Compiled, Reviewed, or Audited Financial Statements?

Most likely, your company prepares internal financial statements and then has an outside accountant review them and prepare the tax filings for the company. Is this enough to get through a transaction? The answer is most likely that it is not.

There are three levels of external accounting review: Compilation, Review, and Audit.

Compilation: Compilation is the most basic external review. The accountant assists the company in presenting financial information without undertaking to obtain or provide any assurance that they are correct. In a compilation, the accountant generally does not perform any independent review of any of the company’s financial information.

Compiled, Reviewed, or Audited Financial Statements?

Compiled, Reviewed, or Audited Financial Statements?

Review: Reviewed financials involve the accountant performing analytical work to provide a reasonable basis for obtaining limited assurance that the financial statements are correct. Therefore, the accountant opines that based on his review, he or she is not aware of any necessary material modifications to the financial statements.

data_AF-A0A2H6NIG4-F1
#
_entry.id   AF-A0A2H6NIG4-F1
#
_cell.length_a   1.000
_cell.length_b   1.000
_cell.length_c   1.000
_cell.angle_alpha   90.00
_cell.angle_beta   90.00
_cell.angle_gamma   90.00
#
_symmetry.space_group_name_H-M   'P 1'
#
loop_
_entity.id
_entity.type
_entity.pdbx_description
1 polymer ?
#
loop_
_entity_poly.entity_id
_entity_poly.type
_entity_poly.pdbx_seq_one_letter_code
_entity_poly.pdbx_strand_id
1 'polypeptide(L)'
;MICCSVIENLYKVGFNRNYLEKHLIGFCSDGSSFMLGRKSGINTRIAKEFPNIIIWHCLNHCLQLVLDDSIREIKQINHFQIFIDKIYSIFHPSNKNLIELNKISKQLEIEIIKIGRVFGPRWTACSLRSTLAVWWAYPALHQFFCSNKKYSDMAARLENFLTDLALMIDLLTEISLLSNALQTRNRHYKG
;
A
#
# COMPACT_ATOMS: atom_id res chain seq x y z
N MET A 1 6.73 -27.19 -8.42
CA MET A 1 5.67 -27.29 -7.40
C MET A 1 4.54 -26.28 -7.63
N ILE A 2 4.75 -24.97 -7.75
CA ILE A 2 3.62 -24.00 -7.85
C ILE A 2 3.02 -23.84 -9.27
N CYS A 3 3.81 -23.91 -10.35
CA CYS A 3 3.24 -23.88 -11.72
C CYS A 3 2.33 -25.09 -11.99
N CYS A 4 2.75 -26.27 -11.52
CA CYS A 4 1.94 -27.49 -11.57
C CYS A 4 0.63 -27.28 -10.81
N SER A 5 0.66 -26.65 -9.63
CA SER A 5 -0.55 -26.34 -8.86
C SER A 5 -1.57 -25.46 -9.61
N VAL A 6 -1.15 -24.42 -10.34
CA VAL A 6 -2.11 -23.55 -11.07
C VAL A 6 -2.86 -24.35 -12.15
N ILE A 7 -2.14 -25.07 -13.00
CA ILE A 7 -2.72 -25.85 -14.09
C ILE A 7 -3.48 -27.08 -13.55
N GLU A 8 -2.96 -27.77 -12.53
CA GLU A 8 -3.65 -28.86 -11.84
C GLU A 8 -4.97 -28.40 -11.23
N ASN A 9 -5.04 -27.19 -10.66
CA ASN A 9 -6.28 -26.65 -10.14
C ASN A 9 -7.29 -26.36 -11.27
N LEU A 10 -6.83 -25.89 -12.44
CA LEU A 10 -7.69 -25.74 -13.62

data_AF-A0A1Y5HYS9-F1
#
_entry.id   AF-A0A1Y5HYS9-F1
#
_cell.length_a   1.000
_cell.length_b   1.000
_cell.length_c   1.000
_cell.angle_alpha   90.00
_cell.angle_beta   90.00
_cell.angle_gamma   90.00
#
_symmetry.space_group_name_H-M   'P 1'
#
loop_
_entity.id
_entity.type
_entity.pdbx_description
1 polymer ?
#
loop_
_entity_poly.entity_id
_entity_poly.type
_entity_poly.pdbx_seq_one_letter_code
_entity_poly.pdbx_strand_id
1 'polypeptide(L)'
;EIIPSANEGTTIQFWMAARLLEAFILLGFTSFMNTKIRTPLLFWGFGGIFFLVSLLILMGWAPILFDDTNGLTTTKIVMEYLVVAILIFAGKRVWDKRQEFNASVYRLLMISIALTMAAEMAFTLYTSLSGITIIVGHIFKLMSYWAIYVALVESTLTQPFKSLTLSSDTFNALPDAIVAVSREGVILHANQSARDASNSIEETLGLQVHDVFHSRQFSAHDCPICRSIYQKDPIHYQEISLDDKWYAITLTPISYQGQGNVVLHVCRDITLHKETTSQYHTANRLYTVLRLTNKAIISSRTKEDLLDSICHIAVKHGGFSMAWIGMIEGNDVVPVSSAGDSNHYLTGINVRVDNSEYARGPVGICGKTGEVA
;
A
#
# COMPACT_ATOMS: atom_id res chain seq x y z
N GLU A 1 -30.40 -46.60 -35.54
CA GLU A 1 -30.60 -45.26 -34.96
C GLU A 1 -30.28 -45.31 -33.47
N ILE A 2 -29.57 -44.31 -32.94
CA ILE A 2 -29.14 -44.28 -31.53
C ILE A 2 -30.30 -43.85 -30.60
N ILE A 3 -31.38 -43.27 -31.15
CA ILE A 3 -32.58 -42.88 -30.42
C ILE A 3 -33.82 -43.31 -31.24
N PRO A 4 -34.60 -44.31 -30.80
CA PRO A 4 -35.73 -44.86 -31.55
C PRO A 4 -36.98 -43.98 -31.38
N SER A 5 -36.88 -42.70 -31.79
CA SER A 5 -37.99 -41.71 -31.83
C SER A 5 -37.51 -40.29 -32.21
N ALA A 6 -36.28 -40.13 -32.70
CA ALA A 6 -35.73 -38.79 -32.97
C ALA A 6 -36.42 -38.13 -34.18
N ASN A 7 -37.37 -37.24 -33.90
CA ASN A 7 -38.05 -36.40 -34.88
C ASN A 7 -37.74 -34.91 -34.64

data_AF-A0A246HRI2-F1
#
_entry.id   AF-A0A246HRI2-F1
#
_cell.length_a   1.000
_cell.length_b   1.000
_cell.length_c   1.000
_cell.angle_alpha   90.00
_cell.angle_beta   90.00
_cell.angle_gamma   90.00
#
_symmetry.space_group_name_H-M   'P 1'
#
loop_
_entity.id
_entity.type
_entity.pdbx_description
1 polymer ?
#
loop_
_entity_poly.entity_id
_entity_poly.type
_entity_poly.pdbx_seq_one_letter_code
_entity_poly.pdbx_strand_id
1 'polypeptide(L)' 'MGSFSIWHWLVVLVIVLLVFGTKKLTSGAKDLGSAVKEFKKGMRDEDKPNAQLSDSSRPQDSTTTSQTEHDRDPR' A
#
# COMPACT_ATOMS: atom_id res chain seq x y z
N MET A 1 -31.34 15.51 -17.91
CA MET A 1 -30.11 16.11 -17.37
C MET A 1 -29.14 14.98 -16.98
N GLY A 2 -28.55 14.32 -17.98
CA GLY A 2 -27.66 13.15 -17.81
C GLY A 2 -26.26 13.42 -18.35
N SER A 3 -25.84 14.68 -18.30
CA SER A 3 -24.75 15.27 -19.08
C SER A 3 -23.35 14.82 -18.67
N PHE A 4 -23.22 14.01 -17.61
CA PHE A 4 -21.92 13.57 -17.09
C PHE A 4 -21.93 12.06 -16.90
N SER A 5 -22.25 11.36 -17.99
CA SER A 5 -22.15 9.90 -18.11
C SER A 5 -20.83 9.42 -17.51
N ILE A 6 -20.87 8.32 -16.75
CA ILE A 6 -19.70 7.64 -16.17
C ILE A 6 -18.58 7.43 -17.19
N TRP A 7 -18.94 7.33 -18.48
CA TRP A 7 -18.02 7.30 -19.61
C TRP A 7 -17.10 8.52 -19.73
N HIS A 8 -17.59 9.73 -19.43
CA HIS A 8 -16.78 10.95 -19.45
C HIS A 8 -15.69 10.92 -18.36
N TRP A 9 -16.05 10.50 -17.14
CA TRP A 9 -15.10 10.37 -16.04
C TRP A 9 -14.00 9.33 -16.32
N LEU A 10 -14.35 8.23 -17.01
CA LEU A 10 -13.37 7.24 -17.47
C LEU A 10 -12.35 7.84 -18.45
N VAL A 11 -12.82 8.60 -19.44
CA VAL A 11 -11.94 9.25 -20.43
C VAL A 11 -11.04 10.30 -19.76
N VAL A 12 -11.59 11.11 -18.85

Audit: Finally, in an audit, the accountant provides his opinion that the financial statements are correct. To reach this result, the auditor performs significant verification and substantiation procedures and obtains an understanding of the company’s internal controls.

You can make a transaction go much more smoothly by anticipating the needs of potential acquirers and putting in place an appropriate level of accounting review.

Buyers most often want to see a detailed review of a seller’s financials that is vetted by a professional and independent accountant. Ultimately, most buyers require an audit of the seller (or a review that looks a lot like an audit called a “Quality of Earnings Review.”) Well prepared sellers anticipate this need and start auditing their financials in the year or two prior to selling. This actually accomplishes two things. First, it meets the needs of the potential buyers. Second, it flushes out financial (and sometimes business) issues when the company still has an opportunity to react to them. Discovering financial issues during a transaction is difficult for everyone, but particularly the seller, who will find such issues used as leverage against the company.

While outside accounting review can be costly, it is well worth the cost and can pay for itself many times over during a transaction.  

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